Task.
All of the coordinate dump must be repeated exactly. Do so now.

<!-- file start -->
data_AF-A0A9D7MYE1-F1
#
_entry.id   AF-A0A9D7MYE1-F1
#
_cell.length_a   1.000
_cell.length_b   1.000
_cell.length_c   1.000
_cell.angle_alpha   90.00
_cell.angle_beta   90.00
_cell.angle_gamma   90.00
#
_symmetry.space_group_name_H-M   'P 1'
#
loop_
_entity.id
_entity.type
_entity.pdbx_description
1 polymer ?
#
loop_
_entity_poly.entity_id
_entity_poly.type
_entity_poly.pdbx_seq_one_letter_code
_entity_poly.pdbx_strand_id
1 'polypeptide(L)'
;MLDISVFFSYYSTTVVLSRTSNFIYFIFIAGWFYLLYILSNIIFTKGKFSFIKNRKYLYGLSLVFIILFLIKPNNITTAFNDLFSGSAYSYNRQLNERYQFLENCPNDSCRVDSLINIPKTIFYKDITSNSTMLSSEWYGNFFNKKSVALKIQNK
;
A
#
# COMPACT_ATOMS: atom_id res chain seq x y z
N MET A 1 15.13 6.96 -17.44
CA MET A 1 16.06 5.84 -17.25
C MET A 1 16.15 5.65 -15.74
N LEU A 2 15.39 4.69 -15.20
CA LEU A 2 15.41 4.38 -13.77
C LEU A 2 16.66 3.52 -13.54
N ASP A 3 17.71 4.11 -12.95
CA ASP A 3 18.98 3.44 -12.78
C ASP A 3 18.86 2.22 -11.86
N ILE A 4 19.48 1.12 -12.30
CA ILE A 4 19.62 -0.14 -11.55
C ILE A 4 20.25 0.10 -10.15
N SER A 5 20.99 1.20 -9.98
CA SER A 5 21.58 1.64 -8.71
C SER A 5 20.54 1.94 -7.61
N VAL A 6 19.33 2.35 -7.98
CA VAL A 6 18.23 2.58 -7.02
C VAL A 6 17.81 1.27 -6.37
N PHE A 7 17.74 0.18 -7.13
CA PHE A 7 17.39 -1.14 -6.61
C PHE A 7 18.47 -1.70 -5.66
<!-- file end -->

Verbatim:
data_AF-A0A9D7MYE1-F1
#
_entry.id   AF-A0A9D7MYE1-F1
#
_cell.length_a   1.000
_cell.length_b   1.000
_cell.length_c   1.000
_cell.angle_alpha   90.00
_cell.angle_beta   90.00
_cell.angle_gamma   90.00
#
_symmetry.space_group_name_H-M   'P 1'
#
loop_
_entity.id
_entity.type
_entity.pdbx_description
1 polymer ?
#
loop_
_entity_poly.entity_id
_entity_poly.type
_entity_poly.pdbx_seq_one_letter_code
_entity_poly.pdbx_strand_id
1 'polypeptide(L)'
;MLDISVFFSYYSTTVVLSRTSNFIYFIFIAGWFYLLYILSNIIFTKGKFSFIKNRKYLYGLSLVFIILFLIKPNNITTAFNDLFSGSAYSYNRQLNERYQFLENCPNDSCRVDSLINIPKTIFYKDITSNSTMLSSEWYGNFFNKKSVALKIQNK
;
A
#
# COMPACT_ATOMS: atom_id res chain seq x y z
N MET A 1 15.13 6.96 -17.44
CA MET A 1 16.06 5.84 -17.25
C MET A 1 16.15 5.65 -15.74
N LEU A 2 15.39 4.69 -15.20
CA LEU A 2 15.41 4.38 -13.77
C LEU A 2 16.66 3.52 -13.54
N ASP A 3 17.71 4.11 -12.95
CA ASP A 3 18.98 3.44 -12.78
C ASP A 3 18.86 2.22 -11.86
N ILE A 4 19.48 1.12 -12.30
CA ILE A 4 19.62 -0.14 -11.55
C ILE A 4 20.25 0.10 -10.15
N SER A 5 20.99 1.20 -9.98
CA SER A 5 21.58 1.64 -8.71
C SER A 5 20.54 1.94 -7.61
N VAL A 6 19.33 2.35 -7.98
CA VAL A 6 18.23 2.58 -7.02
C VAL A 6 17.81 1.27 -6.37
N PHE A 7 17.74 0.18 -7.13
CA PHE A 7 17.39 -1.14 -6.61
C PHE A 7 18.47 -1.70 -5.66